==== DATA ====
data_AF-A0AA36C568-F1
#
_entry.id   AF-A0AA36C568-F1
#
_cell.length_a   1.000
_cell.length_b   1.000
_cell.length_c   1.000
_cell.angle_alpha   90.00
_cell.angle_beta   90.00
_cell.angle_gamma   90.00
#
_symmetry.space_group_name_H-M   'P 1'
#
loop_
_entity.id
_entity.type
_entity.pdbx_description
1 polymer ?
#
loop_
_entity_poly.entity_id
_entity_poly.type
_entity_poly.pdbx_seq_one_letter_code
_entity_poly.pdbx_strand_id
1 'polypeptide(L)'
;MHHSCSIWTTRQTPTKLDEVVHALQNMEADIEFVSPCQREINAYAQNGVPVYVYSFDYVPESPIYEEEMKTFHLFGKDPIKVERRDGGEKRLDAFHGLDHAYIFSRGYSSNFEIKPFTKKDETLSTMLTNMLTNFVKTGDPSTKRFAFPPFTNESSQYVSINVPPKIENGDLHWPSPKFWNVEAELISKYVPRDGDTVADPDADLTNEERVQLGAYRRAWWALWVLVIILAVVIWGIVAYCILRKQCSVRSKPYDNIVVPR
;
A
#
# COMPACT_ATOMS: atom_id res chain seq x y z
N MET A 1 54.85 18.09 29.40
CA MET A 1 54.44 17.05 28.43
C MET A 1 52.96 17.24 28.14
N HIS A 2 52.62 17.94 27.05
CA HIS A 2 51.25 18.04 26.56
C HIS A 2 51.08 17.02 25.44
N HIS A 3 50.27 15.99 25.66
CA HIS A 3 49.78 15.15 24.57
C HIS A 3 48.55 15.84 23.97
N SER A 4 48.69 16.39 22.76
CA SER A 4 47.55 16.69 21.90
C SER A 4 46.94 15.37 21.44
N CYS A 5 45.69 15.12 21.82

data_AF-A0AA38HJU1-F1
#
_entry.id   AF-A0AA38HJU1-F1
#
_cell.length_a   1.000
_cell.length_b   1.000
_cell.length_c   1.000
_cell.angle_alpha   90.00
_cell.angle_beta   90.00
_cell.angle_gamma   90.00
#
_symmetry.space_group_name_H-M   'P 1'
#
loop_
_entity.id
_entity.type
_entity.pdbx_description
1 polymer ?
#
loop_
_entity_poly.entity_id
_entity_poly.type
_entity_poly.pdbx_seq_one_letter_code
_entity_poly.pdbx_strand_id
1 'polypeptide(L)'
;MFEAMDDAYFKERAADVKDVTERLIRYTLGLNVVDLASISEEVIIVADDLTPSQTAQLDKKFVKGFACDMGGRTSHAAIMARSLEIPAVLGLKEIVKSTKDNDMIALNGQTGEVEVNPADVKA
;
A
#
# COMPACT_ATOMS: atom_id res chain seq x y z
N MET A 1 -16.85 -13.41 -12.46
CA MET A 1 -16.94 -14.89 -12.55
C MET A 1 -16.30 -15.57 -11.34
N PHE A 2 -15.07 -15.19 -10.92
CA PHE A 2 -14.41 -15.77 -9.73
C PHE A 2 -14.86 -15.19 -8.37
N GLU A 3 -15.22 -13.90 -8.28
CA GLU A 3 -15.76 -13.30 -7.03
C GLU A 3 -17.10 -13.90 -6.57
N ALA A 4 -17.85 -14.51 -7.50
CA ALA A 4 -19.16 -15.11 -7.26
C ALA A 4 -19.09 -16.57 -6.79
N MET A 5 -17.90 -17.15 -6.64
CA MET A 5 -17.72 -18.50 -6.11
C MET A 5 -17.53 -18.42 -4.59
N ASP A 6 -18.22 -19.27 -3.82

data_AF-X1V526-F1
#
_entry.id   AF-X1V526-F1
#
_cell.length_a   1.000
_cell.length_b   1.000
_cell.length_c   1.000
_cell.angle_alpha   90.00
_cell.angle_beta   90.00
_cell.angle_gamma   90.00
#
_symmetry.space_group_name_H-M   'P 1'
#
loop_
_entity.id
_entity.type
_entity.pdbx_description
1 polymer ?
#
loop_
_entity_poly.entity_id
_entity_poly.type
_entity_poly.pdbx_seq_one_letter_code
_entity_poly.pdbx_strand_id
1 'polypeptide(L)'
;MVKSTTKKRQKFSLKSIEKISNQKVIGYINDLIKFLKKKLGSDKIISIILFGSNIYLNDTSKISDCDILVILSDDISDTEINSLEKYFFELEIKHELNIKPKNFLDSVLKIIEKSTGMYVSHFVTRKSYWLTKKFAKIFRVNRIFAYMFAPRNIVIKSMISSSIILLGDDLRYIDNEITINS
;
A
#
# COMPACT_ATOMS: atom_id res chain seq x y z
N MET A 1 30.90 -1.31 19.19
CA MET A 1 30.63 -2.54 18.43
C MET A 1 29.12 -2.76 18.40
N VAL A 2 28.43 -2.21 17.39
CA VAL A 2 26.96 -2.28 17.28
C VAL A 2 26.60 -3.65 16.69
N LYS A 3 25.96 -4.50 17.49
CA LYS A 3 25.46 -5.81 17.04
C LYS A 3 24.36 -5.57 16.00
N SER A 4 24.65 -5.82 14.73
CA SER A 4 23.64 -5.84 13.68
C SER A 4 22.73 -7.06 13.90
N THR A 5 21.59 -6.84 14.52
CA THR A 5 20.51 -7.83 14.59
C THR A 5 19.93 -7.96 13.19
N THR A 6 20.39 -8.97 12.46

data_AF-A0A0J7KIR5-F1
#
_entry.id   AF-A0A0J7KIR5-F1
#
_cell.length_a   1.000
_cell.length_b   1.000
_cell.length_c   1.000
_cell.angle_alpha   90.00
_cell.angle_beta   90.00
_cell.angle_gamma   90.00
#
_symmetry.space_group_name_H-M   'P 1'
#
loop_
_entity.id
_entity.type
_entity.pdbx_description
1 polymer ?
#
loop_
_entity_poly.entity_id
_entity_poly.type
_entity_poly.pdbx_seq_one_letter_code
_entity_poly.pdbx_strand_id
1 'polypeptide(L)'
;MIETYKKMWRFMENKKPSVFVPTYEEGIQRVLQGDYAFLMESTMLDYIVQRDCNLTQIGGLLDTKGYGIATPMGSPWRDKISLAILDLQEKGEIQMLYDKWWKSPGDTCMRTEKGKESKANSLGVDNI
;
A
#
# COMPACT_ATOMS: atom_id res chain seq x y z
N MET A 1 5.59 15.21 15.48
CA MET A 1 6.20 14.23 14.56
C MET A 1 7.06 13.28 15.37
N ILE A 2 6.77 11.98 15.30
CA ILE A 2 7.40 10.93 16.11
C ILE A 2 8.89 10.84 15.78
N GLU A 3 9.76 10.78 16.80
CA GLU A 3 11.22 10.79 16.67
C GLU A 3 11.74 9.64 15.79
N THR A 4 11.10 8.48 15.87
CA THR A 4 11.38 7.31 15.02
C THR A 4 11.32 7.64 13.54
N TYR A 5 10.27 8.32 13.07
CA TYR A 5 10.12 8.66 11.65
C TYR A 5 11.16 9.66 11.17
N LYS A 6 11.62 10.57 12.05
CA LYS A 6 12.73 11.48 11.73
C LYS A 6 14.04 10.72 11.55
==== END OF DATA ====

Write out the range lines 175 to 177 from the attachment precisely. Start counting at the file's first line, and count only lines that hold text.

N THR A 4 11.10 8.48 15.87
CA THR A 4 11.38 7.31 15.02
C THR A 4 11.32 7.64 13.54